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. World Bank Steps Up Malaria-Control Effort

"My opinion of the World Bank is good, but they do not have the competence to run disease control," Roger Bate, a health economist and director of the Washington and Johannesburg-based organization Africa Fighting Malaria, told UPI. Bate is an author on the Lancet paper.
by Christine Dell'amore
UPI Consumer Health Correspondent
Washington (UPI) Apr 25, 2006
On the eve of Africa Malaria Day, the World Bank has announced its pledge of $62 million toward fighting malaria in four countries -- although critics maintain the international lending institution is incompetent and has failed to deliver on its promises.

The Bank's Booster Program for Malaria Control, a 10-year malaria-prevention initiative launched on the 2005 Africa Malaria Day, aims to reinvigorate existing regional and local malaria programs. Planners intend to roll back half of malaria cases by 2010, and then halve that number by 2015.

"Nothing brings to us the urgency of malaria than the statistic that every 30 seconds a child dies from it," Gobind Nankani, vice president for the Bank's Africa Region, said at a briefing Monday at the World Bank headquarters in Washington.

"But it is curable and preventable -- that is the tragedy we must come together and defeat."

Malaria -- the world's most common life-threatening infection -- kills 1.1 million people per year, mostly African children. For those who survive with the disease, the cost of lost productivity to the African continent is estimated at $12 billion a year, according to the bank. The disease can be prevented by avoiding bites of infected mosquitoes and taking anti-malarial drugs.

Historically, the bank has done limited work on malaria, focusing mainly on stemming severe epidemics. But faced with climbing rates of infection, in recent years African countries appealed to the institution to take action, inspiring the Booster Progam, Nankani told United Press International.

"We took a critical look at ourselves," Yaw Ansu, a sector director in the Bank's Africa Programs, told UPI. "We looked at what had been achieved and (decided) to kick-start an effort to help energize our partnerships."

In its initial, three-year intensive phase of 2006-2008, the program will assist up to 17 sub-Saharan countries. The Bank has already assembled 13 task teams in African regions, which work within already-established, country-led programs. The teams are also aided by non-governmental organizations and other international groups, including the United Nations World Health Organization.

In the most recent allocation of funds, The Congo received $30 million; Eritrea, $2 million; Niger, $10 million; and Zambia, $20 million. Another $130 million to countries including Benin, Burkino Faso and Ethiopia, among others, is expected by June, Nankani said.

In Zambia, malaria is still the leading cause of death and illness, although the switch from chloroquine to artemisinin-based combination therapies, or ACTs, has slowed the rate of infection in 2005, said Dr. Mabvuto Kango, the malaria coordinator at Zambia's Ministry of Health. A combination of drugs mounts a better attack against malaria and delays resistance. Even still, many parents do not have the resources to obtain a diagnosis and drugs that often cost no more than $1 a dose.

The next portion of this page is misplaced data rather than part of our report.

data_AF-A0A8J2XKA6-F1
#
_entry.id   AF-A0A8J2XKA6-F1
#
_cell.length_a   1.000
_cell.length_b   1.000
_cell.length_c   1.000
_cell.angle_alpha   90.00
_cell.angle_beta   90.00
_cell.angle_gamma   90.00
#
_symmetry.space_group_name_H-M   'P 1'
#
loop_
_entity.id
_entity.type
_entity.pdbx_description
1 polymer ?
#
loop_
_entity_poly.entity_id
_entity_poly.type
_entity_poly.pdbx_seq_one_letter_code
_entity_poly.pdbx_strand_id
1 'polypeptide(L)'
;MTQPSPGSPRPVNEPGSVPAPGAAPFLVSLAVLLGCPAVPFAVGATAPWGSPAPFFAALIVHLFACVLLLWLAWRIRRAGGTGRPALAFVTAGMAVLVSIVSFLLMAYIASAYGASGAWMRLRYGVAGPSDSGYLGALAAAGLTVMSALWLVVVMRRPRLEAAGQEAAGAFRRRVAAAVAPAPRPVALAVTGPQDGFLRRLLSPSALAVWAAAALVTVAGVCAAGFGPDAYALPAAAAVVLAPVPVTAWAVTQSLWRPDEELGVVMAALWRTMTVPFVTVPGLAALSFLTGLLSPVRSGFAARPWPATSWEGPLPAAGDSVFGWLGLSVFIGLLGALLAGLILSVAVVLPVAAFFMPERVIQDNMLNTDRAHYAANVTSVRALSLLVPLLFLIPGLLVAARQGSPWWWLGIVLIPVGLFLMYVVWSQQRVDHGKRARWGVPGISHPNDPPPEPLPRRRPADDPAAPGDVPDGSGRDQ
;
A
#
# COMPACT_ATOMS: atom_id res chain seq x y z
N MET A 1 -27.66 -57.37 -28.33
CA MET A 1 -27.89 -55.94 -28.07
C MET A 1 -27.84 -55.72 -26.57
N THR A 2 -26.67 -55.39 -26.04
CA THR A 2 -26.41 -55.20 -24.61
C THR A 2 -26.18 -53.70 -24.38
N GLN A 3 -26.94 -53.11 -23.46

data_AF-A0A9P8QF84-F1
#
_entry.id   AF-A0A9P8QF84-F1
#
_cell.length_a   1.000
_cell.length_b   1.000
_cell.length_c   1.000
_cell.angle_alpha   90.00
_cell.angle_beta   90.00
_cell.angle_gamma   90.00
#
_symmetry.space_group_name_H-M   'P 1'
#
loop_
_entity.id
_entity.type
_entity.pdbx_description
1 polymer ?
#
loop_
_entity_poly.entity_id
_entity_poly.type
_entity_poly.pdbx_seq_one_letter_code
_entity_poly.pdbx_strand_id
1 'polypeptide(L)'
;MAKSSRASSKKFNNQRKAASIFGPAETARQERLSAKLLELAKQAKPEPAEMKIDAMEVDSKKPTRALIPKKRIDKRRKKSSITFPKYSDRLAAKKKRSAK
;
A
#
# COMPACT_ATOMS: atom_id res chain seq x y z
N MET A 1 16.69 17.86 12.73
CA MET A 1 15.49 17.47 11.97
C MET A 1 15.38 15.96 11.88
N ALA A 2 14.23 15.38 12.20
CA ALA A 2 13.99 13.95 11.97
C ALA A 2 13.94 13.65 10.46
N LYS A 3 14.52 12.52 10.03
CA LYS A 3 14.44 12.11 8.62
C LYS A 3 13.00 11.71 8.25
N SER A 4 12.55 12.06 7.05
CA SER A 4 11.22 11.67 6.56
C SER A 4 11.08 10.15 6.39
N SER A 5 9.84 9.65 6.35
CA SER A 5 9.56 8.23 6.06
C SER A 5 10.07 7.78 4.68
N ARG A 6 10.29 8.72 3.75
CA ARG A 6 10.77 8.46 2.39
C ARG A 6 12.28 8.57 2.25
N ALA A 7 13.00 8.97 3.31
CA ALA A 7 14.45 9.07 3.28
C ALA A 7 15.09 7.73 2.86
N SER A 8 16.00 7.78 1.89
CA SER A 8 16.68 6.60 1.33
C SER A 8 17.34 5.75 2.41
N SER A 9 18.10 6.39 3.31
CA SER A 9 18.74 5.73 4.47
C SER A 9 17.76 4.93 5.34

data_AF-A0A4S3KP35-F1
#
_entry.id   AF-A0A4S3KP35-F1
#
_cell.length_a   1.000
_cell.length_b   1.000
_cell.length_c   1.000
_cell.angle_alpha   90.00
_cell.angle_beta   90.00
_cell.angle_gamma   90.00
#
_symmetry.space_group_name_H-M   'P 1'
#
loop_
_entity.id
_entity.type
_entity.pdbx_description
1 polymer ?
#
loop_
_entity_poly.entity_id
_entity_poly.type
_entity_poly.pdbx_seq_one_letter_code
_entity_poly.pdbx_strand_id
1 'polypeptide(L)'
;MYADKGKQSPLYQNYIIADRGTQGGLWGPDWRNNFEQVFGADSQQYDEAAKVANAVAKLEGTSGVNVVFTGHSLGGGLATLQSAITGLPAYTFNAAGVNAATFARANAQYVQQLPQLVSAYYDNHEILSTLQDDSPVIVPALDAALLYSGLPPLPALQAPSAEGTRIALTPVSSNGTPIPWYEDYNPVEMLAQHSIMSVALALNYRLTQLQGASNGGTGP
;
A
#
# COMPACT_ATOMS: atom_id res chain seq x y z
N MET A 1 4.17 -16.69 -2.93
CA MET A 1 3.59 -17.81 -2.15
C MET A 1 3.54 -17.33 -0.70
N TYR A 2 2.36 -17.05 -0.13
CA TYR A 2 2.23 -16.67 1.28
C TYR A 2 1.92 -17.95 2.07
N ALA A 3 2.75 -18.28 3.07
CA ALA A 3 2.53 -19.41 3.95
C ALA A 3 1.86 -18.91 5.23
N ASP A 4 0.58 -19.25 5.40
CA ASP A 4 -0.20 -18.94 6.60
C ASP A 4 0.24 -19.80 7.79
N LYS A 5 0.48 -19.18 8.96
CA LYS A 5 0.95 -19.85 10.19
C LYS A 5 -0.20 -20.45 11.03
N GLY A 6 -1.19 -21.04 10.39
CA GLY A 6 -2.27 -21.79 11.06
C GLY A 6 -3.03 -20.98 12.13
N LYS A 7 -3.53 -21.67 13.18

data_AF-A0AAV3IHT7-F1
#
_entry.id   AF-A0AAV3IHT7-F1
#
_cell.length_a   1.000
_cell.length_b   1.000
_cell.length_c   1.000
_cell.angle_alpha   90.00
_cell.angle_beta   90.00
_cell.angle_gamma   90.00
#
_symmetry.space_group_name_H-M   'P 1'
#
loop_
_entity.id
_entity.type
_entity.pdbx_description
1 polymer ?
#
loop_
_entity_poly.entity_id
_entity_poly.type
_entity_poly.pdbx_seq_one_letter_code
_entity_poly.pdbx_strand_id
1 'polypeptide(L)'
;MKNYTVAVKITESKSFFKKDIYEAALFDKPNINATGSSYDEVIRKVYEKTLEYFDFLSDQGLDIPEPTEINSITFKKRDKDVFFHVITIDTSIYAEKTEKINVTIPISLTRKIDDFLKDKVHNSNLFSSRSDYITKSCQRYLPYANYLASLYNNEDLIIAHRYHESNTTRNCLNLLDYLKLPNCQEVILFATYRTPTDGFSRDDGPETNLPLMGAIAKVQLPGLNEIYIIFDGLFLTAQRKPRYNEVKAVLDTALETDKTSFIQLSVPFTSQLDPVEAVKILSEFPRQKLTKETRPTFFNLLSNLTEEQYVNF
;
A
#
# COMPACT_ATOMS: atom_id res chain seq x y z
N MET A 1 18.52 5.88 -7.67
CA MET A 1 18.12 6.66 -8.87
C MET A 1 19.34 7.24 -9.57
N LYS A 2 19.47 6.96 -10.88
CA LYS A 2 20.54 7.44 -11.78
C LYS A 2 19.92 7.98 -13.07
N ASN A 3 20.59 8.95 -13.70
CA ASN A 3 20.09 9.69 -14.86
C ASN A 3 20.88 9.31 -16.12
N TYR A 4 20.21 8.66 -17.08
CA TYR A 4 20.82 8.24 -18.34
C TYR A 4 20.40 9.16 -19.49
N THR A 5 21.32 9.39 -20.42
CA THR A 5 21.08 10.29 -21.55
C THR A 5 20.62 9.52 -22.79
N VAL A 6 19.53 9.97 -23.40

"The access to treatment is a human right," Kango said via satellite from Zambia.

Kango said his government is employing a "multi-prong" approach to malaria control, spraying houses with insecticides and providing insecticide-treated bed nets.

Even so, a human-resource crisis in Zambia has undercut an otherwise strongly managed program, Kango said. Since malaria requires more prevention strategies, it places more stress on health facilities than HIV outreach, said Kent Campbell, director of the Malaria Control and Evaluation Partnership in Africa.

The briefing came amidst criticism of the bank for botching its malaria-control efforts, a charge outlined in the April 25 The Lancet.

A group of public-health experts assert the bank has run an incompetent campaign against malaria, accentuated by a downsize of malaria experts from seven to none at all, a failure to deliver on a promise of $300 million to $500 million for malaria control in Africa and a reliance on false epidemiological statistics to prove success where it doesn't exist.

"My opinion of the World Bank is good, but they do not have the competence to run disease control," Roger Bate, a health economist and director of the Washington and Johannesburg-based organization Africa Fighting Malaria, told UPI. Bate is an author on the Lancet paper.

Bate explained the World Bank's specialty is in health system development -- building clinics and training doctors -- and not in disease control, which is better handled by the World Health Organization.

But the temptation of tangible results often attracts agencies into endeavors they aren't quite ready for, and the World Bank is a case in point, Bate said.

Citing the Bank's minimal expertise in malaria, authors in the Lancet paper, led by Amir Attaran, recommend the institution relinquish its funding to other agencies better equipped to control the disease.

In a Lancet news release the Bank's Jean-Louis Sarbib and colleagues admit their institution should have done more to target malaria in the past, but they say the charges of the authors are ill-founded and that increased staffing and financing is now occurring.

At the Monday briefing Bank officials repeatedly stressed commitment to results as key.

"We have a unique window of opportunity," Maryse Pierre-Louis, coordinator of the Booster Program, told UPI. "We don't have the right to drop the ball on this one."

Source: United Press International

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